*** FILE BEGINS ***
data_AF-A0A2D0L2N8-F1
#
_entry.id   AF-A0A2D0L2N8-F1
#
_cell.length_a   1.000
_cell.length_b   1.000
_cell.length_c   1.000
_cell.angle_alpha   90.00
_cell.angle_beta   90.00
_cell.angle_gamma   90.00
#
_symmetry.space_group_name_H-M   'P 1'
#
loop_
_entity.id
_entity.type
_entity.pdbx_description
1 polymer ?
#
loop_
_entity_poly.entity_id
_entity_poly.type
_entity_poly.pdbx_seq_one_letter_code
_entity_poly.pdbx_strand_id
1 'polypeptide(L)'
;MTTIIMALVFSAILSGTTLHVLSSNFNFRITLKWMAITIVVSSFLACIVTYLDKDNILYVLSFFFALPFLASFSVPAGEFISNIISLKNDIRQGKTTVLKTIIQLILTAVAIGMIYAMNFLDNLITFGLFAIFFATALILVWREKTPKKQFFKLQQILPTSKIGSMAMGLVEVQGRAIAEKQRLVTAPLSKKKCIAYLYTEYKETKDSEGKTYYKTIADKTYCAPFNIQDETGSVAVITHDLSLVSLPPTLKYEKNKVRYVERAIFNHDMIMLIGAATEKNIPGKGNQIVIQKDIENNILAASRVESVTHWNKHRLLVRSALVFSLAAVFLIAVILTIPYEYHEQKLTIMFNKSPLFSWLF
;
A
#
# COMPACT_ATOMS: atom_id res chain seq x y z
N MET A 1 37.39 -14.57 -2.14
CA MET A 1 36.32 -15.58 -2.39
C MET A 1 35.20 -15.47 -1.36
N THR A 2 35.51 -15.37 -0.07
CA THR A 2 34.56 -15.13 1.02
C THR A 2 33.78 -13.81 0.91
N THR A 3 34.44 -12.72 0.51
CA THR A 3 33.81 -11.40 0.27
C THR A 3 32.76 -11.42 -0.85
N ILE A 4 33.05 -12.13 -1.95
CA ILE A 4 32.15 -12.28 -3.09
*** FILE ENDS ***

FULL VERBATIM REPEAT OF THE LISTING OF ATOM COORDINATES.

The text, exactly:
data_AF-A0A2D0L2N8-F1
#
_entry.id   AF-A0A2D0L2N8-F1
#
_cell.length_a   1.000
_cell.length_b   1.000
_cell.length_c   1.000
_cell.angle_alpha   90.00
_cell.angle_beta   90.00
_cell.angle_gamma   90.00
#
_symmetry.space_group_name_H-M   'P 1'
#
loop_
_entity.id
_entity.type
_entity.pdbx_description
1 polymer ?
#
loop_
_entity_poly.entity_id
_entity_poly.type
_entity_poly.pdbx_seq_one_letter_code
_entity_poly.pdbx_strand_id
1 'polypeptide(L)'
;MTTIIMALVFSAILSGTTLHVLSSNFNFRITLKWMAITIVVSSFLACIVTYLDKDNILYVLSFFFALPFLASFSVPAGEFISNIISLKNDIRQGKTTVLKTIIQLILTAVAIGMIYAMNFLDNLITFGLFAIFFATALILVWREKTPKKQFFKLQQILPTSKIGSMAMGLVEVQGRAIAEKQRLVTAPLSKKKCIAYLYTEYKETKDSEGKTYYKTIADKTYCAPFNIQDETGSVAVITHDLSLVSLPPTLKYEKNKVRYVERAIFNHDMIMLIGAATEKNIPGKGNQIVIQKDIENNILAASRVESVTHWNKHRLLVRSALVFSLAAVFLIAVILTIPYEYHEQKLTIMFNKSPLFSWLF
;
A
#
# COMPACT_ATOMS: atom_id res chain seq x y z
N MET A 1 37.39 -14.57 -2.14
CA MET A 1 36.32 -15.58 -2.39
C MET A 1 35.20 -15.47 -1.36
N THR A 2 35.51 -15.37 -0.07
CA THR A 2 34.56 -15.13 1.02
C THR A 2 33.78 -13.81 0.91
N THR A 3 34.44 -12.72 0.51
CA THR A 3 33.81 -11.40 0.27
C THR A 3 32.76 -11.42 -0.85
N ILE A 4 33.05 -12.13 -1.95
CA ILE A 4 32.15 -12.28 -3.09